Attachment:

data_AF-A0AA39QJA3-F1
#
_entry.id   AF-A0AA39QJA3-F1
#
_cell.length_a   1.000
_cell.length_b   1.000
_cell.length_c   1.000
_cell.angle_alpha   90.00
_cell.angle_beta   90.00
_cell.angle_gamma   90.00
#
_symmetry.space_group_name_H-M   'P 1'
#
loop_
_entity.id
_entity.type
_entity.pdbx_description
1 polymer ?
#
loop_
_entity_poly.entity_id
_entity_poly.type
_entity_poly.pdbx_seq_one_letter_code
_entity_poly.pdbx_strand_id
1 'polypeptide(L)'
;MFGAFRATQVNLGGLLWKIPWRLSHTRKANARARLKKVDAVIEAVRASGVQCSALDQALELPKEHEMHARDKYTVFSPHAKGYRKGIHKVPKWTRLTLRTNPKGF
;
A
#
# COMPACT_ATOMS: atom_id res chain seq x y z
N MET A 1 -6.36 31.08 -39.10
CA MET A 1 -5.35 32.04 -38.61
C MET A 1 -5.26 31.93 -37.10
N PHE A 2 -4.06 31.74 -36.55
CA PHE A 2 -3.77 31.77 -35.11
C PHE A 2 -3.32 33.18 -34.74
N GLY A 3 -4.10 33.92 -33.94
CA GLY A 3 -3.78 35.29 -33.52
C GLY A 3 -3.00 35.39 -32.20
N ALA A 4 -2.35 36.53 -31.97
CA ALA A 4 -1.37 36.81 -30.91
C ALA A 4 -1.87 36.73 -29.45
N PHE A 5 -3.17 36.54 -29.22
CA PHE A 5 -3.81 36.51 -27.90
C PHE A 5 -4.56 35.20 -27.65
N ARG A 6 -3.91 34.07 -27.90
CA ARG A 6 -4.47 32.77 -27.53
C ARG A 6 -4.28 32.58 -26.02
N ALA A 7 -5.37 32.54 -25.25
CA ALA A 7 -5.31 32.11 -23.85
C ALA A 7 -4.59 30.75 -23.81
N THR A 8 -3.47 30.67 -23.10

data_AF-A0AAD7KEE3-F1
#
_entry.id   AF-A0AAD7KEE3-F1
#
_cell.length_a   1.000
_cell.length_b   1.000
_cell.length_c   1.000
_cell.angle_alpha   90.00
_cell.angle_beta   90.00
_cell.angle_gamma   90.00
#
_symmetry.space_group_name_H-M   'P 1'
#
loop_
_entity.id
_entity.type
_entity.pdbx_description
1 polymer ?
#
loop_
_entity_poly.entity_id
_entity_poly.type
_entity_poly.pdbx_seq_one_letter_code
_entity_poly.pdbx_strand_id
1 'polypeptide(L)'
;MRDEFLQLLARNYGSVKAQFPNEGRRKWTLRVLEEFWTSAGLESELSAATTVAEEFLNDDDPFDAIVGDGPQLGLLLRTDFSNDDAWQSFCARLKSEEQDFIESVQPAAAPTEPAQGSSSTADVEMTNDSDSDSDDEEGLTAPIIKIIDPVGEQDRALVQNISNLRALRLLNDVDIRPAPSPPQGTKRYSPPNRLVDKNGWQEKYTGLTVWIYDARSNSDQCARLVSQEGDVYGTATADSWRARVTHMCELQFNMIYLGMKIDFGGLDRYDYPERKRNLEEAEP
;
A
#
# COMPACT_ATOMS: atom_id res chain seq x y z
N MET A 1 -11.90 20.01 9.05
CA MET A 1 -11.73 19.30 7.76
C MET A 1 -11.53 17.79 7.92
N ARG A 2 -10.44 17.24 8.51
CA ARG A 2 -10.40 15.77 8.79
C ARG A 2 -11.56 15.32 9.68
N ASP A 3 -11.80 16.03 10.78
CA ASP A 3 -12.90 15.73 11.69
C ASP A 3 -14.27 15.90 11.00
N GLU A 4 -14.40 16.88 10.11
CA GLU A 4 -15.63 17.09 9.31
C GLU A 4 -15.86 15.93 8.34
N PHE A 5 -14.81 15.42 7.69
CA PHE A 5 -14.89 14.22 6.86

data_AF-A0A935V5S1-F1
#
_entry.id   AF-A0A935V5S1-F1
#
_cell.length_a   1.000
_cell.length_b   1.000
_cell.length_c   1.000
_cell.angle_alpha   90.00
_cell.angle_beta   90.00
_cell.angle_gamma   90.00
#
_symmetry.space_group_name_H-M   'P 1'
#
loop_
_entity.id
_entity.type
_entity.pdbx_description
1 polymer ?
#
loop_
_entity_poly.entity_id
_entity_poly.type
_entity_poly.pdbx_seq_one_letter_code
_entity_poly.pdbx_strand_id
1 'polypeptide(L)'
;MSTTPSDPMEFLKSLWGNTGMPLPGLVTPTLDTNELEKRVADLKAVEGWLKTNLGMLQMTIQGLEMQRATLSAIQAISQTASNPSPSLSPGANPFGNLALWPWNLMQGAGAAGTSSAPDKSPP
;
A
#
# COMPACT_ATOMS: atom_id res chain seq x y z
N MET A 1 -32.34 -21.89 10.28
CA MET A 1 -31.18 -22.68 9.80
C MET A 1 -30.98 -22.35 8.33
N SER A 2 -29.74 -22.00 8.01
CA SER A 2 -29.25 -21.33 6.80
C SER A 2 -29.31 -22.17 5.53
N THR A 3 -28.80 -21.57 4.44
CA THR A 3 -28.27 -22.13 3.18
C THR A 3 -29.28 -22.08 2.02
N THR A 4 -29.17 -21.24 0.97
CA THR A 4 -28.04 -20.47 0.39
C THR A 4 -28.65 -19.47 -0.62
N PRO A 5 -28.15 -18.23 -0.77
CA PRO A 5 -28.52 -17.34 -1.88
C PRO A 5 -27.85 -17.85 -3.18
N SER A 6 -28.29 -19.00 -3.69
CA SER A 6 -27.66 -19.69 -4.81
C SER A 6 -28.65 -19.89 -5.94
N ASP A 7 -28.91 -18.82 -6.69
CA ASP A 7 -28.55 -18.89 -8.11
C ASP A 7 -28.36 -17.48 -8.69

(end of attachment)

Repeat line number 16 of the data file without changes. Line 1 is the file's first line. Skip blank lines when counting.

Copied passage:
_entity.type